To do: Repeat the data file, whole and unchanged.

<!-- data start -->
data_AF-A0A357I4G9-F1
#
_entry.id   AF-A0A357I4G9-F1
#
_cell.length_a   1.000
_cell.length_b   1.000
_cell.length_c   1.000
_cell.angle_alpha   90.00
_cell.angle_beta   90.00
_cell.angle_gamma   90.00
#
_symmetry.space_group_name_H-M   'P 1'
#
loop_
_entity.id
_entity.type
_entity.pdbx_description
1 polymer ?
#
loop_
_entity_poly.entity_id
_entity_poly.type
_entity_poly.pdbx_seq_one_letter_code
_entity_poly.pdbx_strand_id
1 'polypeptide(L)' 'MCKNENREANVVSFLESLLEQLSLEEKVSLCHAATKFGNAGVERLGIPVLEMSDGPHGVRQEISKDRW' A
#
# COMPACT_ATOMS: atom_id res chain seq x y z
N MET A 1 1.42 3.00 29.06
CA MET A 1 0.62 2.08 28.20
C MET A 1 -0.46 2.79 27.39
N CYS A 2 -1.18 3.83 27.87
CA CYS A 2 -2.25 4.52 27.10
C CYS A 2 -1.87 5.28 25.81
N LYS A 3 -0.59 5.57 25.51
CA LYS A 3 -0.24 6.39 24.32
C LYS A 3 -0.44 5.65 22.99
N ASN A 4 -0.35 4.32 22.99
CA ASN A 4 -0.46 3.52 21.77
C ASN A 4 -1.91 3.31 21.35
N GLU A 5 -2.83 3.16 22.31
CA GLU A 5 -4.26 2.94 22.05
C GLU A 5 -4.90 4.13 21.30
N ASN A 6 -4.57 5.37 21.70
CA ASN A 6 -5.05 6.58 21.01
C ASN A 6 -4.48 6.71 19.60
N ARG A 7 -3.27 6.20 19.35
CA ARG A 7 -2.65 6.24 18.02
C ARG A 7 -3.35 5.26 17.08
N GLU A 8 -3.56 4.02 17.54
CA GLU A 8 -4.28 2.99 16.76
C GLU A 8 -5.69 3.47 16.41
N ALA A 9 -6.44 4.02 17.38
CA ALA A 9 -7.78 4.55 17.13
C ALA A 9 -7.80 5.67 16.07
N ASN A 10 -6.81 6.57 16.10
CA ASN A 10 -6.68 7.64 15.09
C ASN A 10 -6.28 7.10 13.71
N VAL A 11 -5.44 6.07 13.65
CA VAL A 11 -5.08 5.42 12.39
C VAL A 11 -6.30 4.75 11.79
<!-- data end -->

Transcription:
data_AF-A0A357I4G9-F1
#
_entry.id   AF-A0A357I4G9-F1
#
_cell.length_a   1.000
_cell.length_b   1.000
_cell.length_c   1.000
_cell.angle_alpha   90.00
_cell.angle_beta   90.00
_cell.angle_gamma   90.00
#
_symmetry.space_group_name_H-M   'P 1'
#
loop_
_entity.id
_entity.type
_entity.pdbx_description
1 polymer ?
#
loop_
_entity_poly.entity_id
_entity_poly.type
_entity_poly.pdbx_seq_one_letter_code
_entity_poly.pdbx_strand_id
1 'polypeptide(L)' 'MCKNENREANVVSFLESLLEQLSLEEKVSLCHAATKFGNAGVERLGIPVLEMSDGPHGVRQEISKDRW' A
#
# COMPACT_ATOMS: atom_id res chain seq x y z
N MET A 1 1.42 3.00 29.06
CA MET A 1 0.62 2.08 28.20
C MET A 1 -0.46 2.79 27.39
N CYS A 2 -1.18 3.83 27.87
CA CYS A 2 -2.25 4.52 27.10
C CYS A 2 -1.87 5.28 25.81
N LYS A 3 -0.59 5.57 25.51
CA LYS A 3 -0.24 6.39 24.32
C LYS A 3 -0.44 5.65 22.99
N ASN A 4 -0.35 4.32 22.99
CA ASN A 4 -0.46 3.52 21.77
C ASN A 4 -1.91 3.31 21.35
N GLU A 5 -2.83 3.16 22.31
CA GLU A 5 -4.26 2.94 22.05
C GLU A 5 -4.90 4.13 21.30
N ASN A 6 -4.57 5.37 21.70
CA ASN A 6 -5.05 6.58 21.01
C ASN A 6 -4.48 6.71 19.60
N ARG A 7 -3.27 6.20 19.35
CA ARG A 7 -2.65 6.24 18.02
C ARG A 7 -3.35 5.26 17.08
N GLU A 8 -3.56 4.02 17.54
CA GLU A 8 -4.28 2.99 16.76
C GLU A 8 -5.69 3.47 16.41
N ALA A 9 -6.44 4.02 17.38
CA ALA A 9 -7.78 4.55 17.13
C ALA A 9 -7.80 5.67 16.07
N ASN A 10 -6.81 6.57 16.10
CA ASN A 10 -6.68 7.64 15.09
C ASN A 10 -6.28 7.10 13.71
N VAL A 11 -5.44 6.07 13.65
CA VAL A 11 -5.08 5.42 12.39
C VAL A 11 -6.30 4.75 11.79